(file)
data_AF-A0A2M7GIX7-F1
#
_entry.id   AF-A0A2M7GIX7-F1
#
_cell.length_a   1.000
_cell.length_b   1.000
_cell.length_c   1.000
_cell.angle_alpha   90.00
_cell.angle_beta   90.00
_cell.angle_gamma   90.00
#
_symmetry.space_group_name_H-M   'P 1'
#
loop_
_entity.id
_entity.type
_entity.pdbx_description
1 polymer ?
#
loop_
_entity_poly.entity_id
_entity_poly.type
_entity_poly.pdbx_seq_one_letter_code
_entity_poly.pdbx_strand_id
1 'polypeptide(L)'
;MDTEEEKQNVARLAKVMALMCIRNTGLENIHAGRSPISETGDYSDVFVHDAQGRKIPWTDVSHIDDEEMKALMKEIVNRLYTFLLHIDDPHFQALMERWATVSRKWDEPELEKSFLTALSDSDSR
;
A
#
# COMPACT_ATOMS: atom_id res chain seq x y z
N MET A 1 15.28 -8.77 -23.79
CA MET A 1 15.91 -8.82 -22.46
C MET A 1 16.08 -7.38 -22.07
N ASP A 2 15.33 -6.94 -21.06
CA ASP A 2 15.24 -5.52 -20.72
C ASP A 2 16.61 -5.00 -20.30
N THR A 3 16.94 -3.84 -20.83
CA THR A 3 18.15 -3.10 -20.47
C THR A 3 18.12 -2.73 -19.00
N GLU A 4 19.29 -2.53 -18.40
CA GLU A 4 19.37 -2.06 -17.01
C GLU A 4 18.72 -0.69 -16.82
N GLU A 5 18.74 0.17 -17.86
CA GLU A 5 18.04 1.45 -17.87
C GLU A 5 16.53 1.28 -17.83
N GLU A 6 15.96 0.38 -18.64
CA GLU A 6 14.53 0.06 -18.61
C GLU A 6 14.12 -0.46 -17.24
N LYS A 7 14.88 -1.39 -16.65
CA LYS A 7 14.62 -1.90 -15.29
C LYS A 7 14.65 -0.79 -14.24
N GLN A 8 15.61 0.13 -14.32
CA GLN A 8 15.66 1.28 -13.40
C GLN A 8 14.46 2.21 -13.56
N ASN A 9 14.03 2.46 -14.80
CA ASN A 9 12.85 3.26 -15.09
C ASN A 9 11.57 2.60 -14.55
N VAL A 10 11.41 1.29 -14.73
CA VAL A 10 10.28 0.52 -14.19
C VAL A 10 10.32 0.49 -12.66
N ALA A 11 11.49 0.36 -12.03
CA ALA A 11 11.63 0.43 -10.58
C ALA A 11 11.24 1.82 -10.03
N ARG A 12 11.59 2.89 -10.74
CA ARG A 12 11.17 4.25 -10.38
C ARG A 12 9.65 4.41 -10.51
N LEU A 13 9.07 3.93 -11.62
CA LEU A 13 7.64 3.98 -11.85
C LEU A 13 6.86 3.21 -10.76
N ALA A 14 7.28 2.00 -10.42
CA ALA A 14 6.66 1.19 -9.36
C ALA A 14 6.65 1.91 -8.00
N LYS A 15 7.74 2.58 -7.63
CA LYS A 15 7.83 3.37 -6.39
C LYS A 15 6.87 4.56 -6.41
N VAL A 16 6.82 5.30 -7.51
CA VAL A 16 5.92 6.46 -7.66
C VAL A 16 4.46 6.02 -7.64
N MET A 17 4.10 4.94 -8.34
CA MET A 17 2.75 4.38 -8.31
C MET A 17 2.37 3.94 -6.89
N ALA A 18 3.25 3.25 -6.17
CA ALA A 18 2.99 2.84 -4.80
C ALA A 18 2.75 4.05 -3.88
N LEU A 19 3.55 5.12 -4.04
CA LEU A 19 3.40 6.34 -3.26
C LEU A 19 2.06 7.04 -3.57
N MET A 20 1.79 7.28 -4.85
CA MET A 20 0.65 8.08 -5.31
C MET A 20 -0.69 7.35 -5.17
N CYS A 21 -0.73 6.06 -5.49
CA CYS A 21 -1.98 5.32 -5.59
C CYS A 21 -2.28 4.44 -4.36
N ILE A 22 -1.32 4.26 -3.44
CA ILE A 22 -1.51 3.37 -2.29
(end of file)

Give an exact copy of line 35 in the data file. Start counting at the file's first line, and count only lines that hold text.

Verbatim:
CA ASP A 2 15.24 -5.52 -20.72